As a young musician, Marshall Belford Allen (b. May 25, 1924) performed with pianist Art Simmons, Don Byas, and James Moody before enrolling in the Paris Conservatory of Music. After relocating to Chicago, Allen became a pupil of Sun Ra, subsequently joining the Arkestra in 1958 and leading Sun Ra’s formidable reed section for the next 40 years. Marshall, along with John Gilmore, June Tyson, and James Jacson, lived, rehearsed, toured, and recorded with Sun Ra almost exclusively for much of Sun Ra’s musical career.His membership in the Arkestra makes Allen a pioneer of the Free Jazz movement of the early 1960s, having remarkable influence on the leading voices in the avant-garde. He is featured on over 200 Sun Ra recordings, in addition to collaborations with Phish, Sonic Youth, Digable Planets, and Medeski, Martin & Wood. Allen assumed the position of maestro in 1995, following the ascension of Sun Ra in 1993 and John Gilmore in 1995. Marshall continues to be committed to the study, research, and development of Sun Ra’s musical precepts and has launched the Sun Ra Arkestra into a dimension beyond that of mere “ghost” band by writing fresh arrangements of Sun Ra’s music, as well as composing new music and arrangements for the Arkestra. He works unceasingly to keep the big-band tradition alive.
    Sounds of Liberation
    Sounds of Liberation was a self-described “community force” that sprang from Philadelphia’s Germantown and Mt. Airy neighborhoods, and they were in the avant garde of Black expression in the early 1970s. Originally conceived and formed by Khan Jamal, the arrival of Byard Lancaster in 1971 helped shift them into a higher gear. At times reminiscent of the Modern Jazz Quartet and Elevation-era Pharaoh Sanders, SoL played with a singular blend of free-funk, fiery spiritual jazz, and Afro-Cuban rhythms. SoL’s only documented recording, a self-titled LP released on the group’s own Dogtown label in 1972, was a mythical score for free jazz vinyl collectors until Porter Records’ Luke Mosling reissued it “sound unheard” 38 years later. We now celebrate the first-ever release of a long-lost 1973 Philly session, “Unreleased,” also on Dogtown, in collaboration with Brewerytown Beats Records.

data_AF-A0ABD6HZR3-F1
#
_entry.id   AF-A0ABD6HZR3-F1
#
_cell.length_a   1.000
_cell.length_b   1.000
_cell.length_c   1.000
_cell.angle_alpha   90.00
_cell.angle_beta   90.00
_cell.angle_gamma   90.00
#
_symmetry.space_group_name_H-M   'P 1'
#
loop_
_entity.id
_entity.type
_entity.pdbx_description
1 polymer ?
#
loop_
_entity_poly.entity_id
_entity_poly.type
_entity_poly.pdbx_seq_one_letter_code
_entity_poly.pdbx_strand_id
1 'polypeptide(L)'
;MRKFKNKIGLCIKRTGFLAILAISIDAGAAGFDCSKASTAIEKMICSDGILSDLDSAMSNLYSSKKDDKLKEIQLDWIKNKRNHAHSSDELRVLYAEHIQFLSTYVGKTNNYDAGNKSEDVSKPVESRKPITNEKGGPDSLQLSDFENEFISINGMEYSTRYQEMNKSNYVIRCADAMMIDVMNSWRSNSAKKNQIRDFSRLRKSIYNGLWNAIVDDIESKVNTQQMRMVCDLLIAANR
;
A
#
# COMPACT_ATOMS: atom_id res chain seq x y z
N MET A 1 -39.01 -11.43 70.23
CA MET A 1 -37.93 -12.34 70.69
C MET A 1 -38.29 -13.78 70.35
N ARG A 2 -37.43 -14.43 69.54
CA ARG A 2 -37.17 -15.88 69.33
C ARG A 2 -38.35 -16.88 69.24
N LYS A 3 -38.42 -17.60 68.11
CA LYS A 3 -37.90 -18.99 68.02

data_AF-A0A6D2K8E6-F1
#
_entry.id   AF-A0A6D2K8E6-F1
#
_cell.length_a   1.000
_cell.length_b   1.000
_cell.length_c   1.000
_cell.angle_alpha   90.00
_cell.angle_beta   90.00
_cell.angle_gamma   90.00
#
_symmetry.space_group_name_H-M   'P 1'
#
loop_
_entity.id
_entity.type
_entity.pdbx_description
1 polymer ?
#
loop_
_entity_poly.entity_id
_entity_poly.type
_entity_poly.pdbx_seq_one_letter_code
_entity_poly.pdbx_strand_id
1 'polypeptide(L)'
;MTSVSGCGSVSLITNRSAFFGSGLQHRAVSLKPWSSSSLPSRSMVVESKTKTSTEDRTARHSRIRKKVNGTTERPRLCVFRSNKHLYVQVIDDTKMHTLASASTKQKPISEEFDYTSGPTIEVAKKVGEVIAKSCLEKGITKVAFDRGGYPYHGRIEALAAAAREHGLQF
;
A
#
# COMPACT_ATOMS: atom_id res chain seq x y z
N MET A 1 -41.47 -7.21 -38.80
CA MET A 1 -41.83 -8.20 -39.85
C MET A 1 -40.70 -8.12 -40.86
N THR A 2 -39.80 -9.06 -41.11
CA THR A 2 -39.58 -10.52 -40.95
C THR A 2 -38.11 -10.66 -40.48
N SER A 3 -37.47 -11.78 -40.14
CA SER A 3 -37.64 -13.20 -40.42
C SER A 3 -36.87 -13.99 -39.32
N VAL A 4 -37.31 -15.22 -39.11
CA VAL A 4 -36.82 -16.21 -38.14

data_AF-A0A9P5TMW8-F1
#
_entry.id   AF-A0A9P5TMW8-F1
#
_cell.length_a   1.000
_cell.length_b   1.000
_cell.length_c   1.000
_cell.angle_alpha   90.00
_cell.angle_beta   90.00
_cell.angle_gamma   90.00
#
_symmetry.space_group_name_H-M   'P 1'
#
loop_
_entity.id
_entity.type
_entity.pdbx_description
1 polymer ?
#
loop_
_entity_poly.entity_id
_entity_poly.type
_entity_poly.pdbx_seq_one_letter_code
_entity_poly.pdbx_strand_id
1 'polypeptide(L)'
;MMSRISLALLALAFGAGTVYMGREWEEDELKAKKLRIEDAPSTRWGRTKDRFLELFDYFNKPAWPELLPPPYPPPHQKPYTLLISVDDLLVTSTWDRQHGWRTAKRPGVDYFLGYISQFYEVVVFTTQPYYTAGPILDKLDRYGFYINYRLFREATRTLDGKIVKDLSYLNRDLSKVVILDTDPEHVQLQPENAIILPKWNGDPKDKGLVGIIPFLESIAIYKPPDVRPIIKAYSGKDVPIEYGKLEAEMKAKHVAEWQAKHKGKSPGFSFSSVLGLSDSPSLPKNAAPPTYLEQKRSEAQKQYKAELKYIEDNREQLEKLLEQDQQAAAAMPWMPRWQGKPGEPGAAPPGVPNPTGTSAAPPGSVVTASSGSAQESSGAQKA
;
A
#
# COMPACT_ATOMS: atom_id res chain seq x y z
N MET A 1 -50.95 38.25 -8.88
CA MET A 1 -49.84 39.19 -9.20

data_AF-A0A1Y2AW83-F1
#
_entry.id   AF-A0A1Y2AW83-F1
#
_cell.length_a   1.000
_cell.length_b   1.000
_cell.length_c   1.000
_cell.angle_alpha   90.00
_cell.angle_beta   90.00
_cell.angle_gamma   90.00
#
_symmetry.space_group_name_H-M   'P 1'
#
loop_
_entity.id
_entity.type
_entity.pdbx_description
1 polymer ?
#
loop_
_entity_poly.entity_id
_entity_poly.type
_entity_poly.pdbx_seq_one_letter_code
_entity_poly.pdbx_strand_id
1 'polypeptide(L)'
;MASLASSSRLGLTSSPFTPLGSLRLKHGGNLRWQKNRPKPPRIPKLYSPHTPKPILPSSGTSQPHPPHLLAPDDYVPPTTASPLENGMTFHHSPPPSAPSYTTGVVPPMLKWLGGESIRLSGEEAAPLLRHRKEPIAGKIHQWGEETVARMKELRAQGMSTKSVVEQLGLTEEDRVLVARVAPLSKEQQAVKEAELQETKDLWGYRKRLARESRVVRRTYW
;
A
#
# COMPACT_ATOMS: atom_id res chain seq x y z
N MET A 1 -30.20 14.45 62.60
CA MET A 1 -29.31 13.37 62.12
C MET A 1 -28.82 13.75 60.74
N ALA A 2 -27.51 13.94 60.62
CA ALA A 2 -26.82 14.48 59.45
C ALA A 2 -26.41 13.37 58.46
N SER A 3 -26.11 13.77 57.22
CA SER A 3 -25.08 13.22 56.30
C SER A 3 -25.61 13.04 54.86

Eli Keszler is experimental electronic music’s favorite drummer. A regular collaborator of Laurel Halo and Oneohtrix Point Never, the virtuosic percussionist helps bring surreal, digital compositions to life. As a composer, Keszler has received commissions from the Icelandic Symphony Orchestra, ICE Ensemble, Brooklyn String Orchestra and So Percussion.
    *VIP admission includes seating in elevated areas in front of the stage, as well as a limited edition silk-screen poster, a Sounds of Liberation “Unreleased” new recording on Dogtown Records (your choice of CD or LP), and your choice of a Death’s Headquarters or Sounds of Liberation tote bag.
    Special thanks to Brewerytown Beats and R5 Productions.
    Support for this event has been provided by the Arthur Judson Foundation.